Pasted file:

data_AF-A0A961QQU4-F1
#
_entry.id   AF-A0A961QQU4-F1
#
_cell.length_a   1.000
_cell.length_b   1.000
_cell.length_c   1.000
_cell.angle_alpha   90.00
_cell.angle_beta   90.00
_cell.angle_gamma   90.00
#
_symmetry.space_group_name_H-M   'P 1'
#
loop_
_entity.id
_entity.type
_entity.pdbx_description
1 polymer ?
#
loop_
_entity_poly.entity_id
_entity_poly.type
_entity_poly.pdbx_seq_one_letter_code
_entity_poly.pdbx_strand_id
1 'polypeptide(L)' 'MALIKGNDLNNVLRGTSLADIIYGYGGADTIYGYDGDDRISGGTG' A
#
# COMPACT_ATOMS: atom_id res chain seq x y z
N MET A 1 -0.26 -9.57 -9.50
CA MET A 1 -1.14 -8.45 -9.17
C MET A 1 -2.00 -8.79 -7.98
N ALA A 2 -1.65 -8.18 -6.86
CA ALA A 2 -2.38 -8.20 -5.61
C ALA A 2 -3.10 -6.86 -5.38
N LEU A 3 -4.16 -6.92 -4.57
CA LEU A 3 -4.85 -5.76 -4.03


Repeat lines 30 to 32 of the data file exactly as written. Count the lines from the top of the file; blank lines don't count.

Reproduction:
C MET A 1 -2.00 -8.79 -7.98
N ALA A 2 -1.65 -8.18 -6.86
CA ALA A 2 -2.38 -8.20 -5.61